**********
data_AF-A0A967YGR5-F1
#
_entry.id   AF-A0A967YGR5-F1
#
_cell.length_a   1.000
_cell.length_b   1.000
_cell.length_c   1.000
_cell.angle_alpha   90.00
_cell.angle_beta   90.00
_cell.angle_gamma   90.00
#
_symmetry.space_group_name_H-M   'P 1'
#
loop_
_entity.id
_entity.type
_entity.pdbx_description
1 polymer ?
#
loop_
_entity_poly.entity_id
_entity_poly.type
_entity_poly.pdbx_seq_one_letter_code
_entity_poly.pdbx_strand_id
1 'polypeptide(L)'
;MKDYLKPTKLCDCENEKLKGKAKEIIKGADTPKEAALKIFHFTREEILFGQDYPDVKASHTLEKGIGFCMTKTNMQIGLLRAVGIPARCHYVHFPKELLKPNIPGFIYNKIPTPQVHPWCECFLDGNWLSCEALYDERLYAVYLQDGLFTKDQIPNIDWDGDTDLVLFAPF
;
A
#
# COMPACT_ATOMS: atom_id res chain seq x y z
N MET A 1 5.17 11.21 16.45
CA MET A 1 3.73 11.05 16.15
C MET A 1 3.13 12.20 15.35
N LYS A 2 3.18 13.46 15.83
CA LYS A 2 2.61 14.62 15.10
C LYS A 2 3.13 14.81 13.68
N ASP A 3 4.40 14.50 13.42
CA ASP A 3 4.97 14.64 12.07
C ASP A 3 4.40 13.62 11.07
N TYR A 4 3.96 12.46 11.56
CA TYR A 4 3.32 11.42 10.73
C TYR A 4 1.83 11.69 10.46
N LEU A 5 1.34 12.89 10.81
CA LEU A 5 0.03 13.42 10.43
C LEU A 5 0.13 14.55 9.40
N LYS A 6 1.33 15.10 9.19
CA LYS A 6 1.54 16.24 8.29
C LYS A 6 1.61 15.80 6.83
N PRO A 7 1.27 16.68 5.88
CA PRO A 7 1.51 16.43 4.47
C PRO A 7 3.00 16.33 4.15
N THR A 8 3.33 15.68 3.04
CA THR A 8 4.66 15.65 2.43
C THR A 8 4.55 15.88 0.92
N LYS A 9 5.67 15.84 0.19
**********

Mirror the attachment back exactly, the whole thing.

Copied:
data_AF-A0A967YGR5-F1
#
_entry.id   AF-A0A967YGR5-F1
#
_cell.length_a   1.000
_cell.length_b   1.000
_cell.length_c   1.000
_cell.angle_alpha   90.00
_cell.angle_beta   90.00
_cell.angle_gamma   90.00
#
_symmetry.space_group_name_H-M   'P 1'
#
loop_
_entity.id
_entity.type
_entity.pdbx_description
1 polymer ?
#
loop_
_entity_poly.entity_id
_entity_poly.type
_entity_poly.pdbx_seq_one_letter_code
_entity_poly.pdbx_strand_id
1 'polypeptide(L)'
;MKDYLKPTKLCDCENEKLKGKAKEIIKGADTPKEAALKIFHFTREEILFGQDYPDVKASHTLEKGIGFCMTKTNMQIGLLRAVGIPARCHYVHFPKELLKPNIPGFIYNKIPTPQVHPWCECFLDGNWLSCEALYDERLYAVYLQDGLFTKDQIPNIDWDGDTDLVLFAPF
;
A
#
# COMPACT_ATOMS: atom_id res chain seq x y z
N MET A 1 5.17 11.21 16.45
CA MET A 1 3.73 11.05 16.15
C MET A 1 3.13 12.20 15.35
N LYS A 2 3.18 13.46 15.83
CA LYS A 2 2.61 14.62 15.10
C LYS A 2 3.13 14.81 13.68
N ASP A 3 4.40 14.50 13.42
CA ASP A 3 4.97 14.64 12.07
C ASP A 3 4.40 13.62 11.07
N TYR A 4 3.96 12.46 11.56
CA TYR A 4 3.32 11.42 10.73
C TYR A 4 1.83 11.69 10.46
N LEU A 5 1.34 12.89 10.81
CA LEU A 5 0.03 13.42 10.43
C LEU A 5 0.13 14.55 9.40
N LYS A 6 1.33 15.10 9.19
CA LYS A 6 1.54 16.24 8.29
C LYS A 6 1.61 15.80 6.83
N PRO A 7 1.27 16.68 5.88
CA PRO A 7 1.51 16.43 4.47
C PRO A 7 3.00 16.33 4.15
N THR A 8 3.33 15.68 3.04
CA THR A 8 4.66 15.65 2.43
C THR A 8 4.55 15.88 0.92
N LYS A 9 5.67 15.84 0.19